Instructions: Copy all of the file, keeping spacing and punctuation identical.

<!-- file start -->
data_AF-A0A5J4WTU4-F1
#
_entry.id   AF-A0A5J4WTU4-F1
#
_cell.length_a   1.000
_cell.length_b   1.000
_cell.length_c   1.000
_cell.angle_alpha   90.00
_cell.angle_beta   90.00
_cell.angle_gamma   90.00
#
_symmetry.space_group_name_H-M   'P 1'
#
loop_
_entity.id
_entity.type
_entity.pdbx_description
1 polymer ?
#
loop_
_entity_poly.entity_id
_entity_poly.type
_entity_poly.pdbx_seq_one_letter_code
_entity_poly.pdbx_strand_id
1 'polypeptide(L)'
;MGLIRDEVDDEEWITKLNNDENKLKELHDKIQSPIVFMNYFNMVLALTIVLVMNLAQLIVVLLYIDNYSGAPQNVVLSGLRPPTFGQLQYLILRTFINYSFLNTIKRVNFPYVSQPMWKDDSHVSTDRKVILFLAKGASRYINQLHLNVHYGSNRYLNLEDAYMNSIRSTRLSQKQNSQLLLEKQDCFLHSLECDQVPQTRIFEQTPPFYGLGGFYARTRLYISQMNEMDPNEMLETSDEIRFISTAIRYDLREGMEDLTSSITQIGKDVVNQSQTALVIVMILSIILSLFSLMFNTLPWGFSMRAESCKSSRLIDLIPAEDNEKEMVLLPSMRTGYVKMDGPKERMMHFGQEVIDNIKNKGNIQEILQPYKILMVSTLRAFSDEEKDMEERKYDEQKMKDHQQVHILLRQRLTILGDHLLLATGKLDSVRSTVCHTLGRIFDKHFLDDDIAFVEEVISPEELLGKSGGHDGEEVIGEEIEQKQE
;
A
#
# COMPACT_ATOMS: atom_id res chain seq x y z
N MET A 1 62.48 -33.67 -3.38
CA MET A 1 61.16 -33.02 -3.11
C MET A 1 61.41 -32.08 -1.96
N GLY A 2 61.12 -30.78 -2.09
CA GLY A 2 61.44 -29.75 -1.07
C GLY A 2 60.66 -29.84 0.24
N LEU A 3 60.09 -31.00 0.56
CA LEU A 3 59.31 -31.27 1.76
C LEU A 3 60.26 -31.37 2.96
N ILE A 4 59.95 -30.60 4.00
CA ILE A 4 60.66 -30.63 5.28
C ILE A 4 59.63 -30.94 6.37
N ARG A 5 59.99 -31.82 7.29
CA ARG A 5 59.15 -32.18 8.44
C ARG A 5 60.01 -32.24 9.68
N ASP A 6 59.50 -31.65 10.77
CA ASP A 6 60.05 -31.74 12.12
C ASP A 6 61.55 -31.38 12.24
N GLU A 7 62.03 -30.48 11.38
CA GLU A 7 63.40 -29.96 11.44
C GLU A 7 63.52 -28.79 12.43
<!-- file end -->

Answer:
data_AF-A0A5J4WTU4-F1
#
_entry.id   AF-A0A5J4WTU4-F1
#
_cell.length_a   1.000
_cell.length_b   1.000
_cell.length_c   1.000
_cell.angle_alpha   90.00
_cell.angle_beta   90.00
_cell.angle_gamma   90.00
#
_symmetry.space_group_name_H-M   'P 1'
#
loop_
_entity.id
_entity.type
_entity.pdbx_description
1 polymer ?
#
loop_
_entity_poly.entity_id
_entity_poly.type
_entity_poly.pdbx_seq_one_letter_code
_entity_poly.pdbx_strand_id
1 'polypeptide(L)'
;MGLIRDEVDDEEWITKLNNDENKLKELHDKIQSPIVFMNYFNMVLALTIVLVMNLAQLIVVLLYIDNYSGAPQNVVLSGLRPPTFGQLQYLILRTFINYSFLNTIKRVNFPYVSQPMWKDDSHVSTDRKVILFLAKGASRYINQLHLNVHYGSNRYLNLEDAYMNSIRSTRLSQKQNSQLLLEKQDCFLHSLECDQVPQTRIFEQTPPFYGLGGFYARTRLYISQMNEMDPNEMLETSDEIRFISTAIRYDLREGMEDLTSSITQIGKDVVNQSQTALVIVMILSIILSLFSLMFNTLPWGFSMRAESCKSSRLIDLIPAEDNEKEMVLLPSMRTGYVKMDGPKERMMHFGQEVIDNIKNKGNIQEILQPYKILMVSTLRAFSDEEKDMEERKYDEQKMKDHQQVHILLRQRLTILGDHLLLATGKLDSVRSTVCHTLGRIFDKHFLDDDIAFVEEVISPEELLGKSGGHDGEEVIGEEIEQKQE
;
A
#
# COMPACT_ATOMS: atom_id res chain seq x y z
N MET A 1 62.48 -33.67 -3.38
CA MET A 1 61.16 -33.02 -3.11
C MET A 1 61.41 -32.08 -1.96
N GLY A 2 61.12 -30.78 -2.09
CA GLY A 2 61.44 -29.75 -1.07
C GLY A 2 60.66 -29.84 0.24
N LEU A 3 60.09 -31.00 0.56
CA LEU A 3 59.31 -31.27 1.76
C LEU A 3 60.26 -31.37 2.96
N ILE A 4 59.95 -30.60 4.00
CA ILE A 4 60.66 -30.63 5.28
C ILE A 4 59.63 -30.94 6.37
N ARG A 5 59.99 -31.82 7.29
CA ARG A 5 59.15 -32.18 8.44
C ARG A 5 60.01 -32.24 9.68
N ASP A 6 59.50 -31.65 10.77
CA ASP A 6 60.05 -31.74 12.12
C ASP A 6 61.55 -31.38 12.24
N GLU A 7 62.03 -30.48 11.38
CA GLU A 7 63.40 -29.96 11.44
C GLU A 7 63.52 -28.79 12.43